to tell a new story
on an old wall
and NACCSistas created a hall                                  
of poetry
alive and evolving day one to day four

Youth scholars from all over la host ciudad came to “Cultural Night”
y los Chicanos Picassos del barrio were commissioned
to create live art throughout time and space
and there was no talk                                                   
of “Post-Chicano Art”

The city’s celebrated poetas were even bussed in on public transit
to pop bottle caps off cervezas
pull corks off botellas de vino
and mix drinks right there in the school commons
(porque why not, they gained propinas?)
Los profesionales did not miss their coveted happy hour
after long and grueling discussions of White Privilege
and everybody was happy
In a display of cross-cultural Intersectionality
the poets even read bilingual haiku
and with each pour of spirits
bled their souls from mouths to ears to glass
I must say the coin margaritas were of fine character
and the fiesta carried the roar of calaveras
dancing through the night

At the conclusion of la conferencia the village curandera
walked out into el parque with her sage y copal
to bless all the conference quetzalcoatls
for their long journeys “home”
The plenaries on spirituality and indigeneity came alive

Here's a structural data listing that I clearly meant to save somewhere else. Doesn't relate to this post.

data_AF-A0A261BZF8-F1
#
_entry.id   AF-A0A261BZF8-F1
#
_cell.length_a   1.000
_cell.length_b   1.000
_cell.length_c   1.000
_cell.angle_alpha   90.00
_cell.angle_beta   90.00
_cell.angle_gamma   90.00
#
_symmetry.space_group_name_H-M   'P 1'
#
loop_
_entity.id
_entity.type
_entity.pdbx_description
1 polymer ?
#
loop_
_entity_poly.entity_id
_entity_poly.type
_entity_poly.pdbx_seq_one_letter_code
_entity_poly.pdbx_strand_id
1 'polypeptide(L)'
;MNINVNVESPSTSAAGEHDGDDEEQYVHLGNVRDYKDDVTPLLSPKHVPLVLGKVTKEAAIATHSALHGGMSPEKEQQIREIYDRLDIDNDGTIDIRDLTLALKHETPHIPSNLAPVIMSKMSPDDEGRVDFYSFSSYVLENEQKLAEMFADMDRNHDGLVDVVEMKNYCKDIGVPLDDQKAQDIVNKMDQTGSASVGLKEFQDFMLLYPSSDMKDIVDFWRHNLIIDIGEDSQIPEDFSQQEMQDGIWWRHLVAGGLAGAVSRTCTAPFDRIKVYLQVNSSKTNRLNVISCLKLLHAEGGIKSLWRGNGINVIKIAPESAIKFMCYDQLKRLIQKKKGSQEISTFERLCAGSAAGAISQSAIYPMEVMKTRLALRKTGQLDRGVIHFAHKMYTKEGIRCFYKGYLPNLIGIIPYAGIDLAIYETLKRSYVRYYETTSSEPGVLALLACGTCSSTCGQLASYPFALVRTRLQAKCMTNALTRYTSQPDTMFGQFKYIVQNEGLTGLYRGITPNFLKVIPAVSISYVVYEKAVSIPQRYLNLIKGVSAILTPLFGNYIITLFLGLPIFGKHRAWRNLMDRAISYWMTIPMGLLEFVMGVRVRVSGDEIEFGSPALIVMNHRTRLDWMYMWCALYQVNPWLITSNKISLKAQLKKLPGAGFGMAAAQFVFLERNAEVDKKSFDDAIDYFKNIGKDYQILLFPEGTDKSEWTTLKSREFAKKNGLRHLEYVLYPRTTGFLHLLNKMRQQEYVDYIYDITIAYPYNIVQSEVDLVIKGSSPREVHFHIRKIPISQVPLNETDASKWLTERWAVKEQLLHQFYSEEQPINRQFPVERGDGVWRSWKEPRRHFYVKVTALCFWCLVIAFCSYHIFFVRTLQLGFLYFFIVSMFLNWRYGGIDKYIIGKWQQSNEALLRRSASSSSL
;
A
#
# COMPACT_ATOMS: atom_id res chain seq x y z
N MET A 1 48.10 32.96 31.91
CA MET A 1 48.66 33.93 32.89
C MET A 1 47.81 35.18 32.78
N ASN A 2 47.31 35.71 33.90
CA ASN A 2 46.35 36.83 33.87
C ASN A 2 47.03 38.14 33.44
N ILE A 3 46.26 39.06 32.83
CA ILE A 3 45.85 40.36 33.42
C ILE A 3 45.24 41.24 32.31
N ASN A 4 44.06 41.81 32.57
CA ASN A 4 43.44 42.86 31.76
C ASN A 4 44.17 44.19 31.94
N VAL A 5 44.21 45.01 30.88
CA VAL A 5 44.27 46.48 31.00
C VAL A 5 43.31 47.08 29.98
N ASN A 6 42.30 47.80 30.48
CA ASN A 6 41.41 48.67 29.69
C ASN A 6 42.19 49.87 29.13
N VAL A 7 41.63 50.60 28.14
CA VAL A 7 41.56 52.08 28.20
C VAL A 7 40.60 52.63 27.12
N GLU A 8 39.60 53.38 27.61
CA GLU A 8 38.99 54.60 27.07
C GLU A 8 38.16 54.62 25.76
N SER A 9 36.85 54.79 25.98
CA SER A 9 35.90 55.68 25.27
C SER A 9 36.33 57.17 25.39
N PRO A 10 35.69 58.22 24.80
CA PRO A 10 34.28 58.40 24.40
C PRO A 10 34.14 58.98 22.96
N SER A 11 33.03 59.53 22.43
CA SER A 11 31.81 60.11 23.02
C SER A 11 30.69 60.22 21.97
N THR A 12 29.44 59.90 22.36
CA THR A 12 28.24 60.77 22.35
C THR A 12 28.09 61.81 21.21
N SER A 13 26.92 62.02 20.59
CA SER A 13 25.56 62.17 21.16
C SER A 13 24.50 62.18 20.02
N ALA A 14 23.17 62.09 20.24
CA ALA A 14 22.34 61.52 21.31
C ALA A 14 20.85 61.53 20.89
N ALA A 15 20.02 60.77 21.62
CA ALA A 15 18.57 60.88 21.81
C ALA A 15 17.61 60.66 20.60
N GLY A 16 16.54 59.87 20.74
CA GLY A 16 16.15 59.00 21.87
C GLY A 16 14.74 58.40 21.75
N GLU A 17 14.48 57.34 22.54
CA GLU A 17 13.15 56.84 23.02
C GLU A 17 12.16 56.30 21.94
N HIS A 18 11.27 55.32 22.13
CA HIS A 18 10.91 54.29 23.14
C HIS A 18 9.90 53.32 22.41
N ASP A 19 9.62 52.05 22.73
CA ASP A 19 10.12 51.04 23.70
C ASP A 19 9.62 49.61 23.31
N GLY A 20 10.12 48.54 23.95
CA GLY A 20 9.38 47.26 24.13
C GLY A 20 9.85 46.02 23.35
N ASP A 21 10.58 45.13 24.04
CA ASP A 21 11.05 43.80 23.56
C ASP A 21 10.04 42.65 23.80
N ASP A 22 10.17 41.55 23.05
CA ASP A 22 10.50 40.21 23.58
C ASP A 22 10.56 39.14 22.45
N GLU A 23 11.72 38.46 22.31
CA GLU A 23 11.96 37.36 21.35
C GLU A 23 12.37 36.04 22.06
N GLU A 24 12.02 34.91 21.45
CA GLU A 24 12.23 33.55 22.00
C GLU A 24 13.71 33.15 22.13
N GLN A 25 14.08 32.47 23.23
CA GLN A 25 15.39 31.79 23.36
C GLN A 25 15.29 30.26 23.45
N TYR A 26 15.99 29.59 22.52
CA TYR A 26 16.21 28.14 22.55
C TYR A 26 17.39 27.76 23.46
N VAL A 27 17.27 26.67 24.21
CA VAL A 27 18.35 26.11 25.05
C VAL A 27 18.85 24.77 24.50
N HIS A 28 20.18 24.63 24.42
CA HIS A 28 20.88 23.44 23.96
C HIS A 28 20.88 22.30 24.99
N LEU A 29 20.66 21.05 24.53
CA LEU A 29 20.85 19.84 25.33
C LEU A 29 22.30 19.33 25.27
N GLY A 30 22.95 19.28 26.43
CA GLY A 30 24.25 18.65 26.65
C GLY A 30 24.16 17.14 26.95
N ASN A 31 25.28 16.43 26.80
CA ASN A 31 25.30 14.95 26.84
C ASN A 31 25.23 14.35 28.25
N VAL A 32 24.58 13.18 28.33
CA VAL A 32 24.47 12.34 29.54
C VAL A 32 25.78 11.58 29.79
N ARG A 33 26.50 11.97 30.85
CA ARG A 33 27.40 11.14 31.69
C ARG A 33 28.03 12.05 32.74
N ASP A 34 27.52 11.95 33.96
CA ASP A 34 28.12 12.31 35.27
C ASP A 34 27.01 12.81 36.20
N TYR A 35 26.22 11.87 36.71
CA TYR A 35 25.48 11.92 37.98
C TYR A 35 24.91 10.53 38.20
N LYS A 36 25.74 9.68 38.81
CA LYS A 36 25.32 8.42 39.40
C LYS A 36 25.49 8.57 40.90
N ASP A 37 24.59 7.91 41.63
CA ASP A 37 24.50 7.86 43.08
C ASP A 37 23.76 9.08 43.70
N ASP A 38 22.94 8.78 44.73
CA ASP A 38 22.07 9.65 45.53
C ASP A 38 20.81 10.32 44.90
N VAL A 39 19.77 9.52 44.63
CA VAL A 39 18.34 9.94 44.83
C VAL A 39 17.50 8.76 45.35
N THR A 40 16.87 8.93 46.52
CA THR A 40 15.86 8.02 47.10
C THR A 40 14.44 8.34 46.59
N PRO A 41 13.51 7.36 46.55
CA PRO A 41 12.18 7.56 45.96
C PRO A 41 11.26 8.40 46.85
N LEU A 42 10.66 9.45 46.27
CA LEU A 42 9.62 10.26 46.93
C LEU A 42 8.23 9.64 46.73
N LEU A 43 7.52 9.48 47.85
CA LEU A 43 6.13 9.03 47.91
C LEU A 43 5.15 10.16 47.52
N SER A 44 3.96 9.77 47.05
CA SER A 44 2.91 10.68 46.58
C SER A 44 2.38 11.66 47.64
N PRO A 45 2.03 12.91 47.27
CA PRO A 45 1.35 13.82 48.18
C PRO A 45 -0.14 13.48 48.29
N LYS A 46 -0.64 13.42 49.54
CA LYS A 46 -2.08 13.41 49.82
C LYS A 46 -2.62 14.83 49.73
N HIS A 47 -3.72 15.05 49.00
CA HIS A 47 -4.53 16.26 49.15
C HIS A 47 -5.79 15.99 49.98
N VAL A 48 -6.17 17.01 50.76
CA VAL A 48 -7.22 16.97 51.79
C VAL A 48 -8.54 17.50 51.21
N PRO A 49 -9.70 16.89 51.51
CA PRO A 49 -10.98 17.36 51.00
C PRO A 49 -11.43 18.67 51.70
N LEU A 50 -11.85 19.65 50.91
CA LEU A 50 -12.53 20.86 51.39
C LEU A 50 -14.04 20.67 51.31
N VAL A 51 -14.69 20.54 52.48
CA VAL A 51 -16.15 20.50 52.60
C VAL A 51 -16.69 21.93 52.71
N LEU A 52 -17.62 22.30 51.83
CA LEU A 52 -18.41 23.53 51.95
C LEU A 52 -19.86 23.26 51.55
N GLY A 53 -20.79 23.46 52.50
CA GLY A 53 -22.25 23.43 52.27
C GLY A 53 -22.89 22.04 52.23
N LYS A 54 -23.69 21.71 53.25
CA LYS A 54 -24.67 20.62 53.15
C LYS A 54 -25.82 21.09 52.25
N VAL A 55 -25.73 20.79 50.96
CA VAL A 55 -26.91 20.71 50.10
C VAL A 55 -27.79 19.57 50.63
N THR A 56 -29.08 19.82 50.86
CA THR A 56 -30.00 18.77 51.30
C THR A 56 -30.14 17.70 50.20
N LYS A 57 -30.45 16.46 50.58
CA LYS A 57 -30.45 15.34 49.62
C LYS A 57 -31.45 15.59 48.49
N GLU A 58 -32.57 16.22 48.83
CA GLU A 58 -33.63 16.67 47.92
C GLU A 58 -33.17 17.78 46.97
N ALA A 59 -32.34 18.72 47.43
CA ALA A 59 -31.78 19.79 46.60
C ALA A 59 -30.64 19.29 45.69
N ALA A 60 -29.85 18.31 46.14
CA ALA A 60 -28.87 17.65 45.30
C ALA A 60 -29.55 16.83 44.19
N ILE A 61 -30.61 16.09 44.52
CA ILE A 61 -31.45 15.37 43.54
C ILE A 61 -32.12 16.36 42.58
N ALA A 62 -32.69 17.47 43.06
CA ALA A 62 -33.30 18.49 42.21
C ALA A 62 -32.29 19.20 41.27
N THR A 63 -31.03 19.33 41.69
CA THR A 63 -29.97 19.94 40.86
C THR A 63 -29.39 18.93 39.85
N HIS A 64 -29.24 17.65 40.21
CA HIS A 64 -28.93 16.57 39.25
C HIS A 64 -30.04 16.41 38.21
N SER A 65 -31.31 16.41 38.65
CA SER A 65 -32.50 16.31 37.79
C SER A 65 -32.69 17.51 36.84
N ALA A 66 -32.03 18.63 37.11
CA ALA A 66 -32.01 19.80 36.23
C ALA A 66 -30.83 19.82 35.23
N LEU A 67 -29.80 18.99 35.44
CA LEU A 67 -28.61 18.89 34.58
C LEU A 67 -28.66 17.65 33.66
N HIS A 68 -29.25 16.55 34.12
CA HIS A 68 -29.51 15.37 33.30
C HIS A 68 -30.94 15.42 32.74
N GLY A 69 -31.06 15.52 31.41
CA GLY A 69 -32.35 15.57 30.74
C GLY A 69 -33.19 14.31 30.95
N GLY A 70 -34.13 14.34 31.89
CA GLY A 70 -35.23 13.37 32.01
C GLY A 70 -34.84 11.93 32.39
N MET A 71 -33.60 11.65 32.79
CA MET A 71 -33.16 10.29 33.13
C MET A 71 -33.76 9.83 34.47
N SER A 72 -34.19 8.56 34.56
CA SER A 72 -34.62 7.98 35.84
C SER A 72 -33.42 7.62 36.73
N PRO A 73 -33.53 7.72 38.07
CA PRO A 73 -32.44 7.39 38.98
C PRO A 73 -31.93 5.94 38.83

as spirals of ancient smoke kissed La Virgin sky

Rudolfos Anaya y Acuna y Corky y Cesar nodded in approval
Huitzilopochli tipped his hat
Tezcatlipoca offered his toothy grin
and shook hands with Milagro and El Muerte
Tonanzin y Frida shared a sensual embrace
(Ana Castillo glanced sideways with a smirk and slight hint of jealousy)
Anzaldúa penned a poema to mark the occasion
Roberto y Patricia joined hands once more
raising them high up to the heavens
towards the great salt lake and the seven caves
and the ancient Chicano clap commenced

The spirits were quite pleased                
and I, like you, like them
disappeared into the sunset on mi burro
all the pinche wey                                       
back home
in and out of days
stopping for water                                      
only once

Perhaps it was only a dream
like it was 1968
but it was more like 2015
Beyond Fragmentation
Sneering aggressively                                
at the prospect of Extinction
A Rebirth for Aztlán.

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About Molina Speaks

Molina Speaks is a writer, poet, hip-hop artist, and event producer. Molina is the Performance Director and a Lead Instructor for Youth On Record. He is a TedX fellow and has been an Artist In Residence with the National Hispanic Heritage Center, Mizel Museum, Journey Through Our Heritage and Noel Community Arts School. He has worked on National Endowment for the Arts projects and has accepted invitations to speak and perform and dozens of universities, including Columbia University, University of California at Davis, UT Austin, CU Boulder, and the University of New Mexico. Molina Speaks has taught master artist classes at Boston Arts Academy and Colorado Academy. He has collaborated with the Denver Spirituals Project and was recognized as a keynote poet for Denver's Lalo Delgado Poetry Festival. Molina is the music supervisor for the documentary film Papers. He is a member of the Cafe Cultura artist collective. Molina has released over a dozen poetic and musical works, which have been recognized and critically acclaimed by the Denver Post, 5280 Magazine, Westword, Colorado Music Buzz and other publications.